"Pilots don't crash airplanes full of people to train, but we do that to people in the operating room."

-- Professor of surgery Dr. Richard Satava, about the advantages of using virtual surgery to train doctors, "Virtual Reality Revolutionizing the Way Doctors View, Treat Patients," Associated Press, June 6, 2000.


"Breaking up an enterprise that was not itself the product of a merger is unprecedented in antitrust law. And ordering the dissolution of the flagship firm of the software industry without hearings on the implications approaches the bizarre."

-- John M. Olin Professor of Law & Economics George L. Priest, on the court decision to break up Microsoft into two companies in his op-ed essay "Some Kind of Remedy," The New York Times, June 9, 2000.


"[T]he myth is Lyme disease can cause any symptom known to man, and the idea that you can take a pill to solve whatever problem you have, or whatever symptoms you have is appealing and more socially acceptable than dealing with psychological problems. . . ."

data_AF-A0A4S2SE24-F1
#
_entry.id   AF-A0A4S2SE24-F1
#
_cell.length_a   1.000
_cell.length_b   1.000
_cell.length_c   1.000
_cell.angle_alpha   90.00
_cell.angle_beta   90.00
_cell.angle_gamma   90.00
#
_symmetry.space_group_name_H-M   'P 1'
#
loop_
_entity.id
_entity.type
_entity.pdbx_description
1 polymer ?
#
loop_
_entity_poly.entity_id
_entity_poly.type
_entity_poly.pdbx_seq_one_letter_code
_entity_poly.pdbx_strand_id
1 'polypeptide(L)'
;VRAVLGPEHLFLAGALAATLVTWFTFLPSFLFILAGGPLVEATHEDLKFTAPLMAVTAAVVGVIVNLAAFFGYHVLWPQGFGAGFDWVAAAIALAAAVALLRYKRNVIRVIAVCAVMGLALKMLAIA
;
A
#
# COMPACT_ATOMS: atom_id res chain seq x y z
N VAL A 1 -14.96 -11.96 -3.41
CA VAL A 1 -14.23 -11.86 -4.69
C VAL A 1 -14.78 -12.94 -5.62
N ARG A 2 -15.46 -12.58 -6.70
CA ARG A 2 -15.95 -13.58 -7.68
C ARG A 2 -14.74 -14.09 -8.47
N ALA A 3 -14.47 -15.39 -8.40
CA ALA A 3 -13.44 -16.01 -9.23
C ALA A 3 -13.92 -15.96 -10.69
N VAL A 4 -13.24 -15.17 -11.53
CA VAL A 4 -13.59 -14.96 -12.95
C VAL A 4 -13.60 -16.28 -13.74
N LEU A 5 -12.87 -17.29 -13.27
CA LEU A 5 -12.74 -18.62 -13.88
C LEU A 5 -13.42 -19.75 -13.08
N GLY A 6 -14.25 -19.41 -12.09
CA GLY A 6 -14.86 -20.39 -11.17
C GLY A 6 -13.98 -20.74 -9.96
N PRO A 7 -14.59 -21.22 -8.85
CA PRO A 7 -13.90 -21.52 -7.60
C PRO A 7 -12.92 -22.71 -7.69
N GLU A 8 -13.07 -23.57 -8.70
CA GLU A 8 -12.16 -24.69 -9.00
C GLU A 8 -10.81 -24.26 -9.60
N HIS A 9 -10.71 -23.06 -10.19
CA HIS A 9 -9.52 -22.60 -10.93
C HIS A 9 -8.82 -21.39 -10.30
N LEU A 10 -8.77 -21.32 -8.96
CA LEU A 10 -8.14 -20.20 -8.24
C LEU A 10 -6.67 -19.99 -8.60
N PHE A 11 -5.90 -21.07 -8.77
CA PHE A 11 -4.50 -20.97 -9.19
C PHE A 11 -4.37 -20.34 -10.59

-- Professor of pediatrics & epidemiology/public health Dr. Eugene Shapiro, "Health Officials Worry That Warm Winter May Mean More Ticks and More Risk of Lyme Disease," ABC World News This Morning, June 4, 2000.


Janet Yellen joins Yale Corporation as the newest alumni fellow

Center for the study of frontier experience honors Howard Lamar

Editor Claude-Anne Lopez describes her 'life with Benjamin Franklin'

Pediatrician invents shampoo to light up head lice in children

Reunions bring record numbers to campus

Yale SOM taking to the high seas to offer educational seminars for executives

School of Music awards first Simeone scholarship

Rubenfeld named to Law School's Slaughter chair

Events to celebrate the arrival of 'Amistad' ship



SOM Dean Jeffrey Garten assembles panel to explore 'new economy'

Study proposes tax on snack foods to fight obesity

Employees honored at awards dinner for their many years of service to Yale

Holmes is inducted into American Philosophical Society

Ian Shapiro selected as a Carnegie Scholar . . .

Comer lauded as leader in American education

DeVita honored for his research on lymphoma

Yale Athletics joins in venture to lure sports fans

Summer Cabaret season celebrates Yale playwrights

Yale Repertory Theatre marks milestones during its fall season

Diana D. Brooks resigns her post as Yale trustee

David Bromwich earns prestigious award for his literary works

Campus Notes

In the News